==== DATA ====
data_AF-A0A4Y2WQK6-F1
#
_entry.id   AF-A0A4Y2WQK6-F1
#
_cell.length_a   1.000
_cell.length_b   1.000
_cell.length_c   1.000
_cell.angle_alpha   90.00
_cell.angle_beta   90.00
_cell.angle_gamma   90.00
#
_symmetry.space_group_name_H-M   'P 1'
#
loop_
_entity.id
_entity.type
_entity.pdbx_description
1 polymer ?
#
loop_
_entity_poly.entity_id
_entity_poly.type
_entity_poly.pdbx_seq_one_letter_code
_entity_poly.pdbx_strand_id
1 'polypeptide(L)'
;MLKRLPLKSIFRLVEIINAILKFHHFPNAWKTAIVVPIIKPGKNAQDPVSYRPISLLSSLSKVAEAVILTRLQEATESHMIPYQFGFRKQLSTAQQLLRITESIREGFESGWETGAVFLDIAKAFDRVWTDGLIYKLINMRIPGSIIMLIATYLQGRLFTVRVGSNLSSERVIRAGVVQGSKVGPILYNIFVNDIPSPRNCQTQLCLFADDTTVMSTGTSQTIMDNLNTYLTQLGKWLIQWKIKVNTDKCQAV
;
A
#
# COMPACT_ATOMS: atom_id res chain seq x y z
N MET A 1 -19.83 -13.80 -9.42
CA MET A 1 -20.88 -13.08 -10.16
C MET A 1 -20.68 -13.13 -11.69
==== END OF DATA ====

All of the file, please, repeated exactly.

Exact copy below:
data_AF-A0A4Y2WQK6-F1
#
_entry.id   AF-A0A4Y2WQK6-F1
#
_cell.length_a   1.000
_cell.length_b   1.000
_cell.length_c   1.000
_cell.angle_alpha   90.00
_cell.angle_beta   90.00
_cell.angle_gamma   90.00
#
_symmetry.space_group_name_H-M   'P 1'
#
loop_
_entity.id
_entity.type
_entity.pdbx_description
1 polymer ?
#
loop_
_entity_poly.entity_id
_entity_poly.type
_entity_poly.pdbx_seq_one_letter_code
_entity_poly.pdbx_strand_id
1 'polypeptide(L)'
;MLKRLPLKSIFRLVEIINAILKFHHFPNAWKTAIVVPIIKPGKNAQDPVSYRPISLLSSLSKVAEAVILTRLQEATESHMIPYQFGFRKQLSTAQQLLRITESIREGFESGWETGAVFLDIAKAFDRVWTDGLIYKLINMRIPGSIIMLIATYLQGRLFTVRVGSNLSSERVIRAGVVQGSKVGPILYNIFVNDIPSPRNCQTQLCLFADDTTVMSTGTSQTIMDNLNTYLTQLGKWLIQWKIKVNTDKCQAV
;
A
#
# COMPACT_ATOMS: atom_id res chain seq x y z
N MET A 1 -19.83 -13.80 -9.42
CA MET A 1 -20.88 -13.08 -10.16
C MET A 1 -20.68 -13.13 -11.69